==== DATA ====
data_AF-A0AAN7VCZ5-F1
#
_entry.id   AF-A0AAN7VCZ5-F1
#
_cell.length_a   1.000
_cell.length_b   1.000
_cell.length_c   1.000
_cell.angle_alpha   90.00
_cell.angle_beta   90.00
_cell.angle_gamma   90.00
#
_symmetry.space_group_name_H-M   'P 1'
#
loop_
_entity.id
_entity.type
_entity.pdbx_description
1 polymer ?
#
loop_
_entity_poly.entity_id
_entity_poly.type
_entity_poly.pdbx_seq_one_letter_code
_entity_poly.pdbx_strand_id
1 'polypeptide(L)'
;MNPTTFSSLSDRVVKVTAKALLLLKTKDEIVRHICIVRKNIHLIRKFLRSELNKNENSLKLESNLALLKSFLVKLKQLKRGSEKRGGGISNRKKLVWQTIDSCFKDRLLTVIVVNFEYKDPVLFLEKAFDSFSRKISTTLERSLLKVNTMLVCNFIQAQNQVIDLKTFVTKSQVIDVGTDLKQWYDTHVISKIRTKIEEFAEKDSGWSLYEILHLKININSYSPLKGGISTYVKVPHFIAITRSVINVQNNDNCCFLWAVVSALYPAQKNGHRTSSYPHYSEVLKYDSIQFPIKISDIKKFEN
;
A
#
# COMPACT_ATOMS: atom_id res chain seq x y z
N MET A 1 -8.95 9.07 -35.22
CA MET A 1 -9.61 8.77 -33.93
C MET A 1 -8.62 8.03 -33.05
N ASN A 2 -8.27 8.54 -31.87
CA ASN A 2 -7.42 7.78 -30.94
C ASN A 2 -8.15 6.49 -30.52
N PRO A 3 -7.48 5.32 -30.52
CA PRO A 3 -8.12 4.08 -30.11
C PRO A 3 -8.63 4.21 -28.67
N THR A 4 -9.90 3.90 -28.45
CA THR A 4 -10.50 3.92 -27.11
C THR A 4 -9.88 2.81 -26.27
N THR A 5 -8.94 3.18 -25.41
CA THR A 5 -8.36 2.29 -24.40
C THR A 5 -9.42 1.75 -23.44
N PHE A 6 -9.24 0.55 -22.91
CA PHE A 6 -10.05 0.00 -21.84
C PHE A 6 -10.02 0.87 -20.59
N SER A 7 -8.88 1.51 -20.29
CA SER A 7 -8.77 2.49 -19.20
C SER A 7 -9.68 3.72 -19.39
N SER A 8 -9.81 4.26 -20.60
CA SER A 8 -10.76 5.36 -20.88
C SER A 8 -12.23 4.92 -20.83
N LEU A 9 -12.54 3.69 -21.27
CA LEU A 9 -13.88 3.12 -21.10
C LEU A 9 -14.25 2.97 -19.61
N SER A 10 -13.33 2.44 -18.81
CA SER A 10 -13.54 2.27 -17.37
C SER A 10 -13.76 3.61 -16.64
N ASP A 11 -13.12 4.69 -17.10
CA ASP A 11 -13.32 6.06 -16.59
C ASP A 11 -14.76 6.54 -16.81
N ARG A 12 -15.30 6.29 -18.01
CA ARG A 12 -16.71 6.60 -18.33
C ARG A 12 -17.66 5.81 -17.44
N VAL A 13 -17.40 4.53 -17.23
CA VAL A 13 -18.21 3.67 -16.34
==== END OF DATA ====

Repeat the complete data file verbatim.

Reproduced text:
data_AF-A0AAN7VCZ5-F1
#
_entry.id   AF-A0AAN7VCZ5-F1
#
_cell.length_a   1.000
_cell.length_b   1.000
_cell.length_c   1.000
_cell.angle_alpha   90.00
_cell.angle_beta   90.00
_cell.angle_gamma   90.00
#
_symmetry.space_group_name_H-M   'P 1'
#
loop_
_entity.id
_entity.type
_entity.pdbx_description
1 polymer ?
#
loop_
_entity_poly.entity_id
_entity_poly.type
_entity_poly.pdbx_seq_one_letter_code
_entity_poly.pdbx_strand_id
1 'polypeptide(L)'
;MNPTTFSSLSDRVVKVTAKALLLLKTKDEIVRHICIVRKNIHLIRKFLRSELNKNENSLKLESNLALLKSFLVKLKQLKRGSEKRGGGISNRKKLVWQTIDSCFKDRLLTVIVVNFEYKDPVLFLEKAFDSFSRKISTTLERSLLKVNTMLVCNFIQAQNQVIDLKTFVTKSQVIDVGTDLKQWYDTHVISKIRTKIEEFAEKDSGWSLYEILHLKININSYSPLKGGISTYVKVPHFIAITRSVINVQNNDNCCFLWAVVSALYPAQKNGHRTSSYPHYSEVLKYDSIQFPIKISDIKKFEN
;
A
#
# COMPACT_ATOMS: atom_id res chain seq x y z
N MET A 1 -8.95 9.07 -35.22
CA MET A 1 -9.61 8.77 -33.93
C MET A 1 -8.62 8.03 -33.05
N ASN A 2 -8.27 8.54 -31.87
CA ASN A 2 -7.42 7.78 -30.94
C ASN A 2 -8.15 6.49 -30.52
N PRO A 3 -7.48 5.32 -30.52
CA PRO A 3 -8.12 4.08 -30.11
C PRO A 3 -8.63 4.21 -28.67
N THR A 4 -9.90 3.90 -28.45
CA THR A 4 -10.50 3.92 -27.11
C THR A 4 -9.88 2.81 -26.27
N THR A 5 -8.94 3.18 -25.41
CA THR A 5 -8.36 2.29 -24.40
C THR A 5 -9.42 1.75 -23.44
N PHE A 6 -9.24 0.55 -22.91
CA PHE A 6 -10.05 0.00 -21.84
C PHE A 6 -10.02 0.87 -20.59
N SER A 7 -8.88 1.51 -20.29
CA SER A 7 -8.77 2.49 -19.20
C SER A 7 -9.68 3.72 -19.39
N SER A 8 -9.81 4.26 -20.60
CA SER A 8 -10.76 5.36 -20.88
C SER A 8 -12.23 4.92 -20.83
N LEU A 9 -12.54 3.69 -21.27
CA LEU A 9 -13.88 3.12 -21.10
C LEU A 9 -14.25 2.97 -19.61
N SER A 10 -13.33 2.44 -18.81
CA SER A 10 -13.54 2.27 -17.37
C SER A 10 -13.76 3.61 -16.64
N ASP A 11 -13.12 4.69 -17.10
CA ASP A 11 -13.32 6.06 -16.59
C ASP A 11 -14.76 6.54 -16.81
N ARG A 12 -15.30 6.29 -18.01
CA ARG A 12 -16.71 6.60 -18.33
C ARG A 12 -17.66 5.81 -17.44
N VAL A 13 -17.40 4.53 -17.23
CA VAL A 13 -18.21 3.67 -16.34